Diversity count: 3 women, 3 men, at least 3 writers of colour, 3 international writers

Andre Norton Award for YA and Middle Grade SFF

I can’t really say much about this category, because I haven’t read any of the finalists and wasn’t even aware of most of them. I have heard of K. Tempest Bradford, of course, but mainly as an astute commentator on race issues in SFF and not so much as an author of middle grade SFF. The only other author in this category I’ve heard of is H.A. Clarke. Jenn Reese, Maya MacGregor and Deva Fagan are new to me.

Diversity count: 3 women, 2 non-binary, 1 writer of colour, 1 international writer

Ray Bradbury Award for Best Dramatic Presentation

Not a lot of surprises in this category.

Everything Everywhere All At Once is currently winning all the awards (and deservedly, too), so I’m not at all surprised to see it on the ballot.

Andor was the best of the three Star Wars series to air last year and put the political commentary, that has always been an integral part of Star Wars, front and center in a way that Star Wars rarely does. The nominated episode is the one about the prison break, which was truly excellent.

I’m really, really happy to see the gay pirate comedy Our Flag Means Death on the ballot, since it was such a delight and apparently still hasn’t been renewed.

Severance has gotten a lot of critical acclaim, though I haven’t gotten around to watching it yet, partly because office/workplace shows aren’t my thing at all, probably because I’ve never had that sort of office job. Though thankfully, no one has had the sort of hellish office job depicted in Severance.

Nope seemed to get less attention than Jordan Peele’s previous movies Get Out! and Us. It’s still a highly deserving finalist and I actually preferred it to Us, which didn’t really work for me.

The Sandman is a bit of a surprise, because the series came out ten to fifteen years too late and didn’t seem to get that much popular attention in a landscape crowded with excellent genre TV. On the other hand, it’s Neil Gaiman and it’s Sandman.

Interestingly, no Marvel movie or TV show has got a single nomination. Of course, last year’s Marvel movies weren’t all that great (that said, Wakanda Forever was actually good), but the TV shows were pretty good. So has Marvel finally lost its luster?

It’s also interesting that only two of the finalists are movies, the other four are TV shows. But then, we are living not just in a new golden age, but actually a golden deluge of genre television.

No diversity count, too many people are needed to make movies and TV shows.

Best Game Writing

I can only repeat what I said about this category in previous years, namely that I’m not a gamer, don’t recognise any of the titles except for Elden Ring and can’t really say anything about them.

No diversity count, too many people are needed to make games.


All in all, this is another excellent Nebula ballot. Those who are worried that not enough men are being nominated for the big genre awards will be happy to see that there are several men, including white men, on the ballot this year. Though I’m sure they will find something wrong with the men in question anyway.

I don’t see a lot of notable trends at first glance. We do have fairytale and Greek mythology retellings, both of which are popular right now, though the fairytale retelling trend seems to be waning a bit. We have a couple fo historical fantasies and the Nebulas continue to be more open to horror than the Hugos. Interestingly, there is comparatively little science fiction on the ballot. Cozy SFF is clearly on the rise – which will annoy certain people to no end – and a couple of finalists clearly fall into the cozy category. Definitely Legends & Latte and A Prayer for the Crown-Shy. You could also make a case for Our Flag Means Death and probably others.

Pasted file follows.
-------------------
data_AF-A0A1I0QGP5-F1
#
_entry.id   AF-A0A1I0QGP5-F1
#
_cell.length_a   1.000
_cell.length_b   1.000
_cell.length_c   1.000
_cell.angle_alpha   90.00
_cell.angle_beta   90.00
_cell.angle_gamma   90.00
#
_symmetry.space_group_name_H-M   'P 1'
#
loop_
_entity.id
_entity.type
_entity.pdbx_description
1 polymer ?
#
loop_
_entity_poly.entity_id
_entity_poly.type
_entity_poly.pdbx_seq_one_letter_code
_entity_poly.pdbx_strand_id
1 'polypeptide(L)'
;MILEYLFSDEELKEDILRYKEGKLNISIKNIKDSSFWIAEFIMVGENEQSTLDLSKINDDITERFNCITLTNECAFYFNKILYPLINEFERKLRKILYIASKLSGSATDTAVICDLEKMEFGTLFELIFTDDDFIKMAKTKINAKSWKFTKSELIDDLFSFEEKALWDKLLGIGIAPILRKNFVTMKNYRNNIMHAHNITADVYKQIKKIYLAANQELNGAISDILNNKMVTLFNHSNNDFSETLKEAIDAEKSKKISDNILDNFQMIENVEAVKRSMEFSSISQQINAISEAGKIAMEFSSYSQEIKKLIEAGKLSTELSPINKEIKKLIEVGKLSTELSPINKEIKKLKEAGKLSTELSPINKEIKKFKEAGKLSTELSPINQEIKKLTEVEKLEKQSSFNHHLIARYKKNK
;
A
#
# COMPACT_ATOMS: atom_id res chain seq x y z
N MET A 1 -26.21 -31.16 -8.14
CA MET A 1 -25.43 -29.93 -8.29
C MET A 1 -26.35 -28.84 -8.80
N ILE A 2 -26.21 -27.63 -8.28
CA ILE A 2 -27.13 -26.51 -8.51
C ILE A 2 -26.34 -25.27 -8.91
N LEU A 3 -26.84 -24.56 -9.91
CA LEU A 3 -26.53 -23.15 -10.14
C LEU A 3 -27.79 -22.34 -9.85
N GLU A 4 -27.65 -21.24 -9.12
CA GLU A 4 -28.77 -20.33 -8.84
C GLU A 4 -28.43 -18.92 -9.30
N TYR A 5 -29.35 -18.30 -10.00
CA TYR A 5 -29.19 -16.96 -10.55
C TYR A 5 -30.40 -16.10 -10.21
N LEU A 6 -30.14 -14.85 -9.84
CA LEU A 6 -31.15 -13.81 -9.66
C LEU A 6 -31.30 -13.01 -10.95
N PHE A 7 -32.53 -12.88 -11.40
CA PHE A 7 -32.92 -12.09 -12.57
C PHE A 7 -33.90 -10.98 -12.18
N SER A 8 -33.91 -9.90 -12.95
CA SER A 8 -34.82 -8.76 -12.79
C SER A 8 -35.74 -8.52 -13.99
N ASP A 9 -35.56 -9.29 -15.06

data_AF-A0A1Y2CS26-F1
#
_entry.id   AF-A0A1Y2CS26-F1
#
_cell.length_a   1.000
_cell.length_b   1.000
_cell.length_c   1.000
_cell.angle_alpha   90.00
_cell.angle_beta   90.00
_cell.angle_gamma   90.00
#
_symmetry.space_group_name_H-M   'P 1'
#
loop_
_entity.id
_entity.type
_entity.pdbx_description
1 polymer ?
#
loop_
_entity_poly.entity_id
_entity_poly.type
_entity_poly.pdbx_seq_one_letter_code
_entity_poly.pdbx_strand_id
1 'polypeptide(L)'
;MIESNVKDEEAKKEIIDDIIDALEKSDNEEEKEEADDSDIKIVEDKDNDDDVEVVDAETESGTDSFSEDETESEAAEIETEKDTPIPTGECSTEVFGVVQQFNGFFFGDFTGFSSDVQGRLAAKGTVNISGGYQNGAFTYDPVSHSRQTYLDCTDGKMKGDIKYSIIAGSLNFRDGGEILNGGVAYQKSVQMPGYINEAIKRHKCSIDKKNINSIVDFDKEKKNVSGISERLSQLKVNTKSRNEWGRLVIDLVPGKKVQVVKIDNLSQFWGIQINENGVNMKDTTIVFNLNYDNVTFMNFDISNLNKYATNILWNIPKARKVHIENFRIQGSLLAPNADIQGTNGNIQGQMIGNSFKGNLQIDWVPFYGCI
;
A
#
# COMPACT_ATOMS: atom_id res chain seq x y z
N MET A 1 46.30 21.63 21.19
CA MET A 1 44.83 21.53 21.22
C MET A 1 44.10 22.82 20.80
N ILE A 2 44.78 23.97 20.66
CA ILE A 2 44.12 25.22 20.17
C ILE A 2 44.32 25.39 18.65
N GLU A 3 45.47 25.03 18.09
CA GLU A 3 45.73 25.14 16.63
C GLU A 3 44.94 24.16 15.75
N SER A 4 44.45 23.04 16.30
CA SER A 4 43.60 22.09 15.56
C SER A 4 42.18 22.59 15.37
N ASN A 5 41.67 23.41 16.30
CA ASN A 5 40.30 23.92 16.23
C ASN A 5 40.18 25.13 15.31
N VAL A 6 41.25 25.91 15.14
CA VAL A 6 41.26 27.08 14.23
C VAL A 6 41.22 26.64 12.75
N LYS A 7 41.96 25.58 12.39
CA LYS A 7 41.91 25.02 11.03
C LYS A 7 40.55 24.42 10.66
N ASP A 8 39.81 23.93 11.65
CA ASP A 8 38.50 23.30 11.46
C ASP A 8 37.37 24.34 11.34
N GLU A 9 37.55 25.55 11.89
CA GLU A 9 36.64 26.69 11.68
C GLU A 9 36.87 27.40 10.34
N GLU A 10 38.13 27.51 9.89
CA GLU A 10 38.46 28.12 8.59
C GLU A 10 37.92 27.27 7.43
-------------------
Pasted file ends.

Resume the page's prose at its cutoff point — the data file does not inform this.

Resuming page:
Regarding publishers, Tor and as well as Uncanny and Clarkesworld are still quite dominant, though let’s not forget that Tor is the biggest SFF publisher in the English speaking world. And we do have plenty of  finalists published in other magazines or by small presses. Even the “big three” print magazines get a look in – well, two of them, at any rate.

As for indie writers, Legends & Latte by Travis Baldree was originally self-published, but was then picked up by Tor. And I can’t tell if I Never Liked You Anyway by Jordan Kurella is self-published or published by a small press. Nonetheless, we used to see more indie writers on the Nebula Ballot five years ago (and the Nebulas were one of the first genre awards to nominate a self-published novel, well before SFWA started accepting indies), so something changed. Is it because indies don’t have the marketing budget of a big publisher and are thus invisible to many nominators (but then we do have a couple of small presses nominated and they don’t have much of a marketing budget either) or because indies don’t write the sort of thing Nebula voters are looking for or did the indies all take their ball and went home after the 20Booksto50K uproar of 2019?

All in all, it’s another very strong Nebula ballot.

*International authors means authors living and writing outside the US.

ETA: And we actually have a minor Nebula uproar, when a Baen Books editor claimed that the novel The Dabare Snake Launcher by Joelle Presby had been leading during the nomination phase, but was not on the final ballot. Eventually it turned out that the screenshot in question was from the Nebula recommended reading list and not from the actual nomination tally, which is not public.

ETA 2: Camestros Felapton also weighs in one the Nebula kerfuffle.